Medicine Creek LLC v. Middle Republican Natural Resources District

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Justia Opinion Summary

Medicine Creek LLC filed a request for a variance from the Middle Republican Natural Resources District’s (MRNRD) moratorium on new well drilling. MRNRD voted to deny the variance. Medicine Creek sought judicial review pursuant to Neb. Rev. Stat. 46-750 and the Administrative Procedure Act. The district court reversed, concluding that MRNRD’s decision was not supported by the evidence, did not conform to the law, and was therefore arbitrary. The Supreme Court reversed, holding (1) the order denying Medicine Creek’s request for a variance was judicial in nature and was appealable to the district court; and (2) the district court committed plain error by applying the wrong standard of review rather than the de novo standard. Remanded.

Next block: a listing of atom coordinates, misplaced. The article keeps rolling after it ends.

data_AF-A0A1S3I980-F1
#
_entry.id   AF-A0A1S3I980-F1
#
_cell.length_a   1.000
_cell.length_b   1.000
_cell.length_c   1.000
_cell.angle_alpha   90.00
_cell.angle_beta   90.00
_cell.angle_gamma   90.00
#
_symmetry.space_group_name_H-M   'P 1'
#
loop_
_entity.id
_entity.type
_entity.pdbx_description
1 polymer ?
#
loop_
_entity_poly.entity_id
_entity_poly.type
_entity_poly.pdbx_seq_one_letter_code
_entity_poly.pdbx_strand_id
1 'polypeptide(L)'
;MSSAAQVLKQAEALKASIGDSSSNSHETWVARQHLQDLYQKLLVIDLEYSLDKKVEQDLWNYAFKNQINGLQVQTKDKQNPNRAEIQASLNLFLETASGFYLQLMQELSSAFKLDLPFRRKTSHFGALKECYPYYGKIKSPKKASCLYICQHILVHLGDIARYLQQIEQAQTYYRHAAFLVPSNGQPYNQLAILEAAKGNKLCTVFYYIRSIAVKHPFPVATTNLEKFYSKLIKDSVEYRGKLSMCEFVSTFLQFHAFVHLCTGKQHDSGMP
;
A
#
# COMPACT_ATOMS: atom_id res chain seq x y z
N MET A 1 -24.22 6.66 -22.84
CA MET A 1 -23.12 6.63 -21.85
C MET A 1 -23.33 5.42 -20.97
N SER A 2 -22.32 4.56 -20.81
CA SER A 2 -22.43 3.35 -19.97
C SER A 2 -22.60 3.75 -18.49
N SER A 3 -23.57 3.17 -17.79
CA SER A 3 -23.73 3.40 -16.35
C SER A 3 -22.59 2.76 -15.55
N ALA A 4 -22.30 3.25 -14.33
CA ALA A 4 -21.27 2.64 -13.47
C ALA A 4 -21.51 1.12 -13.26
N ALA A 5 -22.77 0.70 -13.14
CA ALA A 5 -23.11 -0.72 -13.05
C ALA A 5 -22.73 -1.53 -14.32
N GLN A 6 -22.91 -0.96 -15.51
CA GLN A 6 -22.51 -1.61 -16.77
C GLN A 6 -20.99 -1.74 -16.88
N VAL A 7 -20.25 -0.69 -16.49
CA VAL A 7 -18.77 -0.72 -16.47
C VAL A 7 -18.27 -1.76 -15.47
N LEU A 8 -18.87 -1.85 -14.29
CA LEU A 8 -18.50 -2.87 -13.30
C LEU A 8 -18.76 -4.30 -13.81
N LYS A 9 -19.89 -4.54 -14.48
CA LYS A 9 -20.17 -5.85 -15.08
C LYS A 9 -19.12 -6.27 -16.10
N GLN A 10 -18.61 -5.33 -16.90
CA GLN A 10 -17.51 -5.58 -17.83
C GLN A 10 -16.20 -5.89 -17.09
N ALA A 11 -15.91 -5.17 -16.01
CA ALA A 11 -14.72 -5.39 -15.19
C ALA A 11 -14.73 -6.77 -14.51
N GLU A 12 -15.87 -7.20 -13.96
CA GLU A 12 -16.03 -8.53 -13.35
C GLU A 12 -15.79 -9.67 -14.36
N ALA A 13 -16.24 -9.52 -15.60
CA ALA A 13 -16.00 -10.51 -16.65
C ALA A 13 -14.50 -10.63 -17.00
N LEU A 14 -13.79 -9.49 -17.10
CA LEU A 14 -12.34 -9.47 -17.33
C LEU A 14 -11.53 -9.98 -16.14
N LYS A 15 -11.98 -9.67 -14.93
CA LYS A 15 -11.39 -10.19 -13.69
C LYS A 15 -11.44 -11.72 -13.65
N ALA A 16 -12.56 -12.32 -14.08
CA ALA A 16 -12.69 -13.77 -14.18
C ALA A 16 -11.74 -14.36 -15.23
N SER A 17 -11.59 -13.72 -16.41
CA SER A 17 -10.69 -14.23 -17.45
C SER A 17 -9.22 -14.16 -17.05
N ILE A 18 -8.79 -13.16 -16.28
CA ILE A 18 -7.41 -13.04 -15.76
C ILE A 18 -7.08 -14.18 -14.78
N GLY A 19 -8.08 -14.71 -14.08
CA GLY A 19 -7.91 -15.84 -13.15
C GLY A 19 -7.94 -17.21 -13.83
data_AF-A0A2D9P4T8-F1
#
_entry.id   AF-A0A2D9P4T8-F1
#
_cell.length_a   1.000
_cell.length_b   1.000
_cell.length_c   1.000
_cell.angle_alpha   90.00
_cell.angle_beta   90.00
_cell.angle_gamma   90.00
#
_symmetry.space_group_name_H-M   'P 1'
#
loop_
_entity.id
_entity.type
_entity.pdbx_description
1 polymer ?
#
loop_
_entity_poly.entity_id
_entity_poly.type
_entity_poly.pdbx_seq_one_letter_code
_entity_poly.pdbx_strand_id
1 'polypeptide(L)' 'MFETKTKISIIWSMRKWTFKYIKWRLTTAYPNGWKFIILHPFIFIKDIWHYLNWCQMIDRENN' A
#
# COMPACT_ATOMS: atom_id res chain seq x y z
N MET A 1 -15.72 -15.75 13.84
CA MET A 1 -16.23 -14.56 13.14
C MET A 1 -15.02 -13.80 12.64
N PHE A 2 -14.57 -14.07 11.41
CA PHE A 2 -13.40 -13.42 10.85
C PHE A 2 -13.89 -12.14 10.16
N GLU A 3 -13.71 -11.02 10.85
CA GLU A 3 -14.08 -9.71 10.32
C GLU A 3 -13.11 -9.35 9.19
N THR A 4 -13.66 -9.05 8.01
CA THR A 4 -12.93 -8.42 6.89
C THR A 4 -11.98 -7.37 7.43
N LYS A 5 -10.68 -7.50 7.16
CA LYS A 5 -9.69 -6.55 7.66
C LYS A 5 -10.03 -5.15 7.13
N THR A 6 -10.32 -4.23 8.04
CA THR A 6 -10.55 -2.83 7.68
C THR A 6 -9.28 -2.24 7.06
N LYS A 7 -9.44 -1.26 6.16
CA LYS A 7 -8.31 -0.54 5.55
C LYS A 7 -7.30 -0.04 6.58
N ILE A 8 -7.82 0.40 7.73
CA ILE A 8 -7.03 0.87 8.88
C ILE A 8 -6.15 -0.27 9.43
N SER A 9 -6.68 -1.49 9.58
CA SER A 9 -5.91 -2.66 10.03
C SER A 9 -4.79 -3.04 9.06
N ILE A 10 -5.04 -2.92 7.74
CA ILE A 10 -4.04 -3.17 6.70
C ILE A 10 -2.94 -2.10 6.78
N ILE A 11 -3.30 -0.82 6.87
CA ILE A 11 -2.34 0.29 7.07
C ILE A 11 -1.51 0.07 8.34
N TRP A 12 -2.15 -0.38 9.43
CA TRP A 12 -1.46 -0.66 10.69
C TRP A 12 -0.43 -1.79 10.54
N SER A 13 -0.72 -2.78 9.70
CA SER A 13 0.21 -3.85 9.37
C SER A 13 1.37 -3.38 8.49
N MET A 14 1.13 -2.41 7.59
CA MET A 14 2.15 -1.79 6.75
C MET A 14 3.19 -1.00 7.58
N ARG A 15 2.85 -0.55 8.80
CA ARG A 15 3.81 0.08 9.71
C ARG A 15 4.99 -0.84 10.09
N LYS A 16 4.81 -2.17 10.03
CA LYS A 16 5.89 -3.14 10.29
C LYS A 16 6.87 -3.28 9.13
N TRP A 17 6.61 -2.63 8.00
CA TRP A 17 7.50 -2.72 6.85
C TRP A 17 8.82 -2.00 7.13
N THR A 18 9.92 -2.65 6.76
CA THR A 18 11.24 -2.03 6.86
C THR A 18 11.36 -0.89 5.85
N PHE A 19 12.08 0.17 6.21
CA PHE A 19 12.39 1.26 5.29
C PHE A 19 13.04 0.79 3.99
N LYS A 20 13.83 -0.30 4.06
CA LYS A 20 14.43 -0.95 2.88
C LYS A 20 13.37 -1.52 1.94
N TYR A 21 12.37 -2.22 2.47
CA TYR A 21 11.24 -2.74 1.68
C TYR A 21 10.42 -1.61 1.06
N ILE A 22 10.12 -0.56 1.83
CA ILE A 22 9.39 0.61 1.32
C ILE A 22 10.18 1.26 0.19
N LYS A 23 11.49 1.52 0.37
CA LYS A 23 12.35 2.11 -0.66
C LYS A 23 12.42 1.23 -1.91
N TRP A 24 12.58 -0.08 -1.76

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Nebraska Supreme Court Online Library www.nebraska.gov/apps-courts-epub/ 03/10/2017 08:32 AM CST -1- Nebraska Supreme Court A dvance Sheets 296 Nebraska R eports MEDICINE CREEK v. MIDDLE REPUBLICAN NRD Cite as 296 Neb. 1 Medicine Creek LLC, appellee and cross-appellant, v. Middle R epublican Natural R esources District, appellant and cross-appellee. ___ N.W.2d ___ Filed March 10, 2017. No. S-16-209.  1. Jurisdiction: Appeal and Error. A jurisdictional question which does not involve a factual dispute is determined by an appellate court as a matter of law.  2. Administrative Law: Judgments: Appeal and Error. A judgment or final order rendered by a district court in a judicial review pursuant to the Administrative Procedure Act may be reversed, vacated, or modified by an appellate court for errors appearing on the record. When reviewing an order of a district court under the Administrative Procedure Act for errors appearing on the record, the inquiry is whether the decision conforms to the law, is supported by com­ etent evidence, and is neither p arbitrary, capricious, nor unrea­ onable. s  3. Natural Resources Districts: Political Subdivisions: Legislature. A natural resources district, as a political subdivision, has only that power delegated to it by the Legislature, and a grant of power to a political subdivision is strictly construed.  4. Natural Resources Districts. A natural resources district possesses and can exercise the following powers and no others: first, those granted in express words; second, those necessarily or fairly implied in or incident to the powers expressly granted; and third, those essential to the declared objects and purposes of the district—not simply convenient, but indispensable.  5. Administrative Law. When a board or tribunal is required to conduct a hearing and receive evidence, it exercises judicial functions in determining questions of fact. -2- Nebraska Supreme Court A dvance Sheets 296 Nebraska R eports MEDICINE CREEK v. MIDDLE REPUBLICAN NRD Cite as 296 Neb. 1  6. Administrative Law: Waters: Natural Resources Districts: Appeal and Error. Any person aggrieved by an order of a natural resources district issued pursuant to the Nebraska Ground Water Management and Protection Act may appeal the order, and the appeal shall be in accord­ ance with the Administrative Procedure Act.  7. Administrative Law: Final Orders: Courts: Appeal and Error. In reviewing final administrative orders under the Administrative Procedure Act, the district court functions not as a trial court but as an intermediate court of appeals.  8. Administrative Law: Appeal and Error. In a review de novo on the record, the district court is not limited to a review subject to the narrow criteria found in Neb. Rev. Stat. § 84-917(6)(a) (Reissue 2014), but is required to make independent factual determinations based upon the record, and the court reaches its own independent conclusions with respect to the matters at issue.  9. Administrative Law: Evidence: Judicial Notice: Appeal and Error. The Administrative Procedure Act does not authorize a district court reviewing the decision of an administrative agency to receive additional evidence, whether by judicial notice or other means. 10. Appeal and Error: Words and Phrases. Plain error is error uncomplained of at trial, plainly evident from the record, and of such a nature that to leave it uncorrected would result in damage to the integrity, reputation, or fairness of the judicial process. 11. Appeal and Error. An appellate court is not obligated to engage in an analysis that is not necessary to adjudicate the case and controversy before it. Appeal from the District Court for Frontier County: David Urbom, Judge. Reversed and remanded for further proceedings. Jon S. Schroeder, of Schroeder & Schroeder, P.C., for appellant. Stephen D. Mossman, of Mattson Ricketts Law Firm, for appellee. Donald G. Blankenau, of Blankenau, Wilmoth & Jarecke, L.L.P., for amicus curiae Nebraska Groundwater Coalition. Heavican, C.J., Wright, Miller-Lerman, Cassel, Stacy, K elch, and Funke, JJ. -3- Nebraska Supreme Court A dvance Sheets 296 Nebraska R eports MEDICINE CREEK v. MIDDLE REPUBLICAN NRD Cite as 296 Neb. 1 Cassel, J. INTRODUCTION The Middle Republican Natural Resources District (MRNRD) denied a landowner’s request for a variance to drill a new well. Upon the landowner’s appeal, the district court reversed MRNRD’s decision. Because the district court committed plain error by applying the wrong standard of review, we reverse, and remand for reconsideration under the proper standard. BACKGROUND Medicine Creek LLC, a Nebraska limited liability company, filed a request for a variance from MRNRD’s moratorium on new well drilling. MRNRD denied the variance but stated that Medicine Creek “may request a [sic] adjudicatory hearing to appeal this decision.” Medicine Creek did so, and a hearing officer presided over a hearing during which three individuals testified and numerous exhibits were received. Following the presentation of evidence, MRNRD’s Board of Directors (Board) voted to deny the variance. Medicine Creek filed a complaint with the district court for Frontier County. It sought judicial review pursuant to Neb. Rev. Stat. § 46-750 (Reissue 2010) and the Administrative Procedure Act (APA). Medicine Creek alleged that the Board improperly denied its variance request based on a rule applicable to transfers. Medicine Creek also requested declaratory and injunctive relief based on its allegation that two of MRNRD’s rules violated its equal protection and due proc­ ess rights. The district court conducted a bench trial, during which it received the record from MRNRD’s hearing. It also received 100 additional exhibits and heard testimony from the three individuals who testified before the Board. The court determined that MRNRD’s rules and regulations as applied to Medicine Creek’s request did not violate Medicine Creek’s equal protection and due process rights. It found that -4- Nebraska Supreme Court A dvance Sheets 296 Nebraska R eports MEDICINE CREEK v. MIDDLE REPUBLICAN NRD Cite as 296 Neb. 1 MRNRD’s decision “was not supported by the evidence, does not conform to the law and was therefore arbitrary.” The court reversed the decision denying the variance and directed MRNRD to grant the variance. MRNRD filed a timely appeal, and Medicine Creek filed a cross-appeal. We moved the case to our docket.1 ASSIGNMENTS OF ERROR MRNRD assigns that the district court erred in holding that its decision to deny Medicine Creek’s request for a variance was not supported by the evidence, did not conform to the law, and was arbitrary. On cross-appeal, Medicine Creek assigns that in the event we reverse the decision of the district court, the court erred in (1) not finding that the application of MRNRD’s rules and regulations violated Medicine Creek’s equal protection and due process rights, (2) not finding that the rules and regulations were facially unconstitutional, and (3) not issuing declaratory and injunctive relief against the unconstitutional rules and regulations. STANDARD OF REVIEW [1] A jurisdictional question which does not involve a factual dispute is determined by an appellate court as a matter of law.2 [2] A judgment or final order rendered by a district court in a judicial review pursuant to the APA may be reversed, vacated, or modified by an appellate court for errors appearing on the record. When reviewing an order of a district court under the APA for errors appearing on the record, the inquiry is whether the decision conforms to the law, is supported by competent evidence, and is neither arbitrary, capricious, nor unrea­sonable.3  1  2  3 See Neb. Rev. Stat. § 24-1106(3) (Reissue 2016). Guardian Tax Partners v. Skrupa Invest. Co., 295 Neb. 639, ___ N.W.2d ___ (2017). Lingenfelter v. Lower Elkhorn NRD, 294 Neb. 46, 881 N.W.2d 892 (2016). -5- Nebraska Supreme Court A dvance Sheets 296 Nebraska R eports MEDICINE CREEK v. MIDDLE REPUBLICAN NRD Cite as 296 Neb. 1 ANALYSIS Jurisdiction In an amicus curiae brief, the Nebraska Groundwater Coalition asserts that the district court lacked jurisdiction for two reasons. We find no merit to either argument. First, the amicus argues that Medicine Creek lacked standing. The amicus asserted that the Nebraska Secretary of State’s website showed Medicine Creek’s corporate status as inactive at the time of trial. This is not in our record. There is nothing in the record showing that Medicine Creek was ever dissolved or otherwise lacked a legally cognizable interest in the outcome of this litigation. Second, the amicus asserts that denial of a variance request is not subject to judicial review. This follows, it argues, because the Legislature has not authorized natural resources districts to conduct adjudicative proceedings regarding requests for variances. The amicus contends that although § 46-750 provides that “[a]ny person aggrieved by any order of the district . . . may appeal the order,” an order denying a variance request is ministerial or legislative in nature and not appealable. [3,4] A natural resources district, as a political subdivision, has only that power delegated to it by the Legislature, and a grant of power to a political subdivision is strictly construed.4 A natural resources district possesses and can exercise the following powers and no others: first, those granted in express words; second, those necessarily or fairly implied in or incident to the powers expressly granted; and third, those essential to the declared objects and purposes of the district—not simply convenient, but indispensable.5 A statute addresses some of the powers of a natural resources district.6 The Legislature authorized a natural resources district  4  5  6 Wagoner v. Central Platte Nat. Resources Dist., 247 Neb. 233, 526 N.W.2d 422 (1995). Id. See Neb. Rev. Stat. § 46-707 (Cum. Supp. 2016). -6- Nebraska Supreme Court A dvance Sheets 296 Nebraska R eports MEDICINE CREEK v. MIDDLE REPUBLICAN NRD Cite as 296 Neb. 1 to “[a]dopt and promulgate rules and regulations necessary to discharge the administrative duties assigned in the [Nebraska Ground Water Management and Protection Act].”7 Among the rules and regulations adopted by MRNRD was a rule stating that requests for a variance would be acted upon at a formal adjudicatory hearing. The same rule dictated that this hearing would be advertised in the legal newspaper of the district. And another section of the same statute provides in part that a district may assess a fee against a person requesting a variance to cover the administrative cost of consideration of the variance, including, but not limited to, costs of copying records and the cost of publishing a notice in a legal newspaper of general circulation in the county or counties of the district, radio announcements, or other means of communication deemed necessary in the area where the property is located.8 By authorizing published notice, the Legislature contemplated a public hearing on a request for a variance. [5] In holding a hearing and receiving evidence, the Board acted in a judicial manner. In cases where we have considered if an administrative decision was made in the exercise of “judicial” functions such that it was reviewable by petition in error, we stated that “a board, tribunal, or officer exercises a judicial function ‘if it decides a dispute of adjudicative fact or if a statute requires it to act in a judicial manner.’”9 We defined adjudicative facts as those “‘which relate to a specific party and are adduced from formal proof.’”10 We have also stated that when a board or tribunal is required to conduct a hearing and receive evidence, it exercises “judicial functions” in determining questions of fact.11 Here, the Board acted in a judicial  7  8  9 10 11 § 46-707(1)(a). § 46-707(3) (emphasis supplied). Kocontes v. McQuaid, 279 Neb. 335, 348, 778 N.W.2d 410, 421 (2010). Id. at 348-49, 778 N.W.2d at 421. McNally v. City of Omaha, 273 Neb. 558, 731 N.W.2d 573 (2007). -7- Nebraska Supreme Court A dvance Sheets 296 Nebraska R eports MEDICINE CREEK v. MIDDLE REPUBLICAN NRD Cite as 296 Neb. 1 manner when it considered Medicine Creek’s request for a variance. It held a hearing and received formal proof regarding the merits of the request. We conclude that the order denying Medicine Creek’s request for a variance was judicial in nature and was appealable to the district court. District Court’s Standard of R eview [6] The district court initially stated the correct standard for its review under § 46-750 and the APA. It correctly recognized that any person aggrieved by an order of a natural resources district issued pursuant to the Nebraska Ground Water Management and Protection Act12 may appeal the order and that the appeal shall be in accordance with the APA.13 And it properly recited an APA statute stating that “the review shall be conducted by the court without a jury de novo on the record of the agency.”14 But the district court veered to the wrong standard when it analyzed our decision in Wagoner v. Central Platte Nat. Resources Dist.15 The district court read Wagoner as requiring it to review MRNRD’s decision for errors appearing on the record. And at oral argument, Medicine Creek argued this same interpretation. They misread Wagoner. Wagoner set forth the same two standards that we have long applied in APA reviews. An appeal from the district court looks for errors appearing on the record.16 That standard applies to our review of the district court’s order. But the district court reviews a natural resources district’s decision de novo on the record of the natural resources district.17 12 13 14 15 16 17 Neb. Rev. Stat. §§ 46-701 to 46-756 (Reissue 2010 & Cum. Supp. 2016). See § 46-750. Neb. Rev. Stat. § 84-917(5)(a) (Reissue 2014). Wagoner v. Central Platte Nat. Resources Dist., supra note 4. See id. See id. -8- Nebraska Supreme Court A dvance Sheets 296 Nebraska R eports MEDICINE CREEK v. MIDDLE REPUBLICAN NRD Cite as 296 Neb. 1 And in this case, the district court clearly applied the wrong standard. The court found that MRNRD’s decision “was not supported by the evidence, does not conform to the law and was therefore arbitrary.” This articulated the standard for errors appearing on the record rather than the de novo standard. In doing so, the court erroneously limited its review. [7-9] The district court was required to conduct a de novo review on the record of MRNRD. In reviewing final administrative orders under the APA, the district court functions not as a trial court but as an intermediate court of appeals.18 In a review de novo on the record, the district court is not limited to a review subject to the narrow criteria found in § 84-917(6)(a), but is required to make independent factual determinations based upon the record, and the court reaches its own independent conclusions with respect to the matters at issue.19 And the APA does not authorize a district court reviewing the decision of an administrative agency to receive additional evidence, whether by judicial notice or other means.20 [10] The use of an incorrect standard of review in this situation is plain error and requires us to remand the cause to the district court. Plain error is error uncomplained of at trial, plainly evident from the record, and of such a nature that to leave it uncorrected would result in damage to the integrity, reputation, or fairness of the judicial process.21 A trial court’s use of the wrong standard affects our review: “It is a logical impossibility for this court to review the district court judgment for errors appearing on the record if the district court incorrectly limited its review 18 19 20 21 Timmerman v. Neth, 276 Neb. 585, 755 N.W.2d 798 (2008). Schwarting v. Nebraska Liq. Cont. Comm., 271 Neb. 346, 711 N.W.2d 556 (2006). Betterman v. Department of Motor Vehicles, 273 Neb. 178, 728 N.W.2d 570 (2007). State ex rel. Unger v. State, 293 Neb. 549, 878 N.W.2d 540 (2016). -9- Nebraska Supreme Court A dvance Sheets 296 Nebraska R eports MEDICINE CREEK v. MIDDLE REPUBLICAN NRD Cite as 296 Neb. 1 and, thus, failed to make factual determinations, as it must under a de novo on the record review. The district court’s and this court’s standards of review are interdependent.”22 Many years ago in nearly identical circumstances, we held that a district court’s application of the former limited standard of review constituted plain error and required that the cause be remanded to the district court for a de novo review of the record.23 We follow the same course here. [11] Because we must remand the cause for a new review by the district court under the correct standard, we need not reach Medicine Creek’s cross-appeal. An appellate court is not obligated to engage in an analysis that is not necessary to adjudicate the case and controversy before it.24 Upon remand, the district court should address Medicine Creek’s constitutional claim to the extent necessary in light of its disposition of the APA review. CONCLUSION We note plain error in the district court’s application of the wrong standard of review. We therefore reverse the court’s order and remand the cause to the district court for a de novo review of MRNRD’s record. R eversed and remanded for further proceedings. 22 23 24 Law Offices of Ronald J. Palagi v. Dolan, 251 Neb. 457, 460, 558 N.W.2d 303, 305 (1997), quoting Bell Fed. Credit Union v. Christianson, 237 Neb. 519, 466 N.W.2d 546 (1991). See Law Offices of Ronald J. Palagi v. Dolan, supra note 22. Adair Asset Mgmt. v. Terry’s Legacy, 293 Neb. 32, 875 N.W.2d 421 (2016).